Packaging and cognitive response to a product
According to Ghoshal, Cagan and Boatwright (2011) cognition refers to the capacity of a customer to process new information and attach it with negative or positive judgment. This means that at the first encounter a customer has with a product, it is possible for the customer to pass judgment which in turn will affect recognition of the same product. Hoyer et al. (2012) on the other hand define cognitive response as the thought process that is engaged when a consumer encounter a new product. Blijlevens, Schoormans and Creusen (2009) in their study on effect of packaging on product appearance and hence product appeal to customers, implies that cognitive response has a direct relationship with packaging aspects. The appeal created by color, shape and size affects the cognitive response of customers. Pathak (2014) in his study on the cognitive power of packaging establishes a model which largely encompasses the discussions of cognitive impacts of packaging. The model is christened ‘IDEAL’ and is discussed below among other theoretical positions of different researchers.
Intellectual packaging of a product is supposed to create customer likability of a product, establish a strong affinity towards the product and encourage customer affluence (Pathak, 2014). Additionally, Pathak (2014) establishes the fact that besides converting the purchase intention into a real purchase, intellectual packaging offers the firm a chance of initiating customer switching thus improving on sales and at the same time winning over new customers. In the study by Abdalkrim and AL-Hrezat (2013), innovative packaging is discussed as offering effective and sustainable competitive advantage to a firm as long as the packaging is made to be consistent with the dynamics of the market. In a study conducted by Ahmed, Amin and Parmar (2014) which involved 150 respondents from a retail store, one of the factors that customers looked for in packaging is the innovativeness. This means that in the end since intellectual and innovative design make superior packages, customers will prefer such products as opposed to other dissimilarly packaged products.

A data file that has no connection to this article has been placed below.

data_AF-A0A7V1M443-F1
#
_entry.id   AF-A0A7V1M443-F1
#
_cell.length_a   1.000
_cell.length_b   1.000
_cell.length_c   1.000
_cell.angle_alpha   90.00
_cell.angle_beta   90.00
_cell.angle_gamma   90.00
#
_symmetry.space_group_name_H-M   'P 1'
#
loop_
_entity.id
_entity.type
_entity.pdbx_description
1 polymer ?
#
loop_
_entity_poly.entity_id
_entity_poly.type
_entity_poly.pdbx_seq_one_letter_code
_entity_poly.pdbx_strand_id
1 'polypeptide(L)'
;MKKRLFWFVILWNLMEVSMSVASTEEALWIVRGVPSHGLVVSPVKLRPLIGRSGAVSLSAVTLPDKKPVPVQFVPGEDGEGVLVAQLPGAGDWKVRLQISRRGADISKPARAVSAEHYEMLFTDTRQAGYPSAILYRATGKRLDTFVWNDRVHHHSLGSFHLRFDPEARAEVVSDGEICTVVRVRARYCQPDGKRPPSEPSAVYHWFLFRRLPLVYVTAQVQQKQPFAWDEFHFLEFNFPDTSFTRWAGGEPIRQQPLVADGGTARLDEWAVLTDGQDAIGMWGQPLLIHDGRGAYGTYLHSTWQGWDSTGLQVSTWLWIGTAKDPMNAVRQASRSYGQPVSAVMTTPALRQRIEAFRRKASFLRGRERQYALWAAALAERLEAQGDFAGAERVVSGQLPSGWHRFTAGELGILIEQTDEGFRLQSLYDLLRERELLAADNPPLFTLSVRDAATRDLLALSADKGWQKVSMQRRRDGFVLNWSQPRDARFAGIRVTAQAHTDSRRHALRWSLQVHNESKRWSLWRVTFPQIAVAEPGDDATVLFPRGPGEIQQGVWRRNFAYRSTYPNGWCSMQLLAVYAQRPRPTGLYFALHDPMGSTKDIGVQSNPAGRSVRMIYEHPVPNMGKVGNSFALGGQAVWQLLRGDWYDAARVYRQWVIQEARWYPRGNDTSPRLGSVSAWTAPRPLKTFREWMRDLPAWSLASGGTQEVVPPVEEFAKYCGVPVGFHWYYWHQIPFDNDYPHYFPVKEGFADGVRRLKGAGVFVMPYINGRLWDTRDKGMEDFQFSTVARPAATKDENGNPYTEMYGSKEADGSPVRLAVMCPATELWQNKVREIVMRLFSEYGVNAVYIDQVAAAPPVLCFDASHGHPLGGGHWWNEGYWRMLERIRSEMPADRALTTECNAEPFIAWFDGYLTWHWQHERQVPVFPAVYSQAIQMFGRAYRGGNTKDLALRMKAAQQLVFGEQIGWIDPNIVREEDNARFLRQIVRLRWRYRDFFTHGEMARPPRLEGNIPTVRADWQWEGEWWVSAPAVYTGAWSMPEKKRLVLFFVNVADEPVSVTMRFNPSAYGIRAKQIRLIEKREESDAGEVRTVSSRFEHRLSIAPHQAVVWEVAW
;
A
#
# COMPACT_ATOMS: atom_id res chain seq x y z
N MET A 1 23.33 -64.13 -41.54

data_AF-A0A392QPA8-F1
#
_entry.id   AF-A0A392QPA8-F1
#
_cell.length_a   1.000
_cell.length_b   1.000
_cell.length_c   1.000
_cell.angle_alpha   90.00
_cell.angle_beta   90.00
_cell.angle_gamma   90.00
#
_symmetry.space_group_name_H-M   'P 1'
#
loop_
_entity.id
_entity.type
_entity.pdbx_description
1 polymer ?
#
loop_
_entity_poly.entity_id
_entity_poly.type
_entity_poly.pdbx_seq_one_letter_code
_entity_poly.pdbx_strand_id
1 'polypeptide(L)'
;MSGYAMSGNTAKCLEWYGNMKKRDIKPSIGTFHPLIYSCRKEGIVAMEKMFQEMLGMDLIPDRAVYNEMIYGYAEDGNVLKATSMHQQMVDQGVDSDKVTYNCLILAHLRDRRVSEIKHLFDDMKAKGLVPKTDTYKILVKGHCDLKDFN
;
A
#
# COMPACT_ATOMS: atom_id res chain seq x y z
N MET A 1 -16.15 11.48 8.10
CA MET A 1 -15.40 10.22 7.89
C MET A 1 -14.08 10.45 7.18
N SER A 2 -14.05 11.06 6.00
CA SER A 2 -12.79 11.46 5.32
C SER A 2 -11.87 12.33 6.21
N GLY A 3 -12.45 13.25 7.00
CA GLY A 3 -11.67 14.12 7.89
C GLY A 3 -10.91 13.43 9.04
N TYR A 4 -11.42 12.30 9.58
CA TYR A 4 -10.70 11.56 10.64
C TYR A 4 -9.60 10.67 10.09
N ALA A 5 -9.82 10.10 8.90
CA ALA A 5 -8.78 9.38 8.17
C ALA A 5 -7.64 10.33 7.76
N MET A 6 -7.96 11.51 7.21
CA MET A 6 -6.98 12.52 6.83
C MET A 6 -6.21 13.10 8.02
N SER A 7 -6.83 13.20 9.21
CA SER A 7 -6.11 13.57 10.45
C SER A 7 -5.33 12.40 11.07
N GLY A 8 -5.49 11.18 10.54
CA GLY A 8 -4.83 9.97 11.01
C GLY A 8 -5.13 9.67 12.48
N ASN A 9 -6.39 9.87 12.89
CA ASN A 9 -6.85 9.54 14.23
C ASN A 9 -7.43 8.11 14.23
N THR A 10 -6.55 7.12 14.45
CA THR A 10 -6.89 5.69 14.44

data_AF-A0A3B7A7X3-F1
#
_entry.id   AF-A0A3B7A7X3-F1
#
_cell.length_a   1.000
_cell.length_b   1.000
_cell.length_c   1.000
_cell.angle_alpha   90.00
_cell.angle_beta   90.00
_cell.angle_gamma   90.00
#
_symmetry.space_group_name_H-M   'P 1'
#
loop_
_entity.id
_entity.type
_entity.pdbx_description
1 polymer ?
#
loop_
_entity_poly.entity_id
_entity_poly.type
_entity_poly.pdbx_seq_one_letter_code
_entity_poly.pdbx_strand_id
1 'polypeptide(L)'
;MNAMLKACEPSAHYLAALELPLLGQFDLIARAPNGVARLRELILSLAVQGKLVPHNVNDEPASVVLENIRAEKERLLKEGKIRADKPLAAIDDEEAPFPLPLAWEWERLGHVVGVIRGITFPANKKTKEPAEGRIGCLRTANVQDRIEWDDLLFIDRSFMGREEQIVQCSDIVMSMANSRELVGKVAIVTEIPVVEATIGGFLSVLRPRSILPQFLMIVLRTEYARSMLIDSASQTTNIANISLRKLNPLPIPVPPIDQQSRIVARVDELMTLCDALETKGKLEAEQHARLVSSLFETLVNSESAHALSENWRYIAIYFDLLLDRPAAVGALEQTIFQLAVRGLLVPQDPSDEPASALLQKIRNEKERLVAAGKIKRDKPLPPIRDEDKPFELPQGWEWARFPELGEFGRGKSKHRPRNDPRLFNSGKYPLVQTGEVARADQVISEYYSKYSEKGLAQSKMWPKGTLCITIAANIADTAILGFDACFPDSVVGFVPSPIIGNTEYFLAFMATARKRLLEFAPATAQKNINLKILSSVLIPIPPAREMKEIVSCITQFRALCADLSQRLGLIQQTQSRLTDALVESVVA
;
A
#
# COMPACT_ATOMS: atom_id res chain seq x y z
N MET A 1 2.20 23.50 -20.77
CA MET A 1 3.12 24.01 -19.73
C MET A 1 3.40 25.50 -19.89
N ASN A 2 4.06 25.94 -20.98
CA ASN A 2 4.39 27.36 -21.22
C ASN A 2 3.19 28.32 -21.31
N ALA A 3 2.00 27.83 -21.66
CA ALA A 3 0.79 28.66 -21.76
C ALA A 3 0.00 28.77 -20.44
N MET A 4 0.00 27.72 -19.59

Kotler, Clark and Adam (2001) suggest six elements that are supposed to be the defining characteristics of a brand, that is, form, material, color, size, color, text and brand. These are the elements that purely distinguish one brand from another. Pathak (2014) in his study points out that some brands such as Dettol and Lifebuoy are all detergents with the product being similar only that the packaging containers are different from each other. Pathak (2014) maintains that how easily a product communicates to the customer through color, brand logo and other characteristics determines its market leadership and thusly its leadership in the market. In a direct observation research of customer purchasing behaviour at a supermarket by Wells and Sciuto (1966) the results indicate that most of the shoppers spent a lot of time inspecting the packages of products – lifting them, fondling them and reading – and eventually would choose a product with a distinct but appealing package. It is thusly apt to conclude from the above researches that distinctiveness needs to be matched with physical appeal.
In Liying and kuiyou’s (2010) study on the emotional packaging of snacks in the Chinese market, the findings indicate that packages that addressed the emotions of the customers were more preferred as opposed to those that did not. The emotional aspects investigated include family, friendship, nostalgia, elegance and simplicity. Pathak (2014) however notes that the greatest achievement of marketers would be to design packages that capture buyer feelings beyond emotions. This is following the definition of emotions as short term expression of attitudes while feelings being long-term. Forbes (2014) supports this sentiment by noting the Chubani, a yoghurt firm made desired packages that emotionally created a bond with customers through relating to simple details about the customers. In his thesis, Ksenia (2013) believes that the ultimate role of packaging is to initiate an emotional conversation with the customer. As such, the converging point of these discussions is the emphasis on the need for emotional intelligence in appeal to the customer even though the different aspects expressed as to whether to tap emotions or feelings.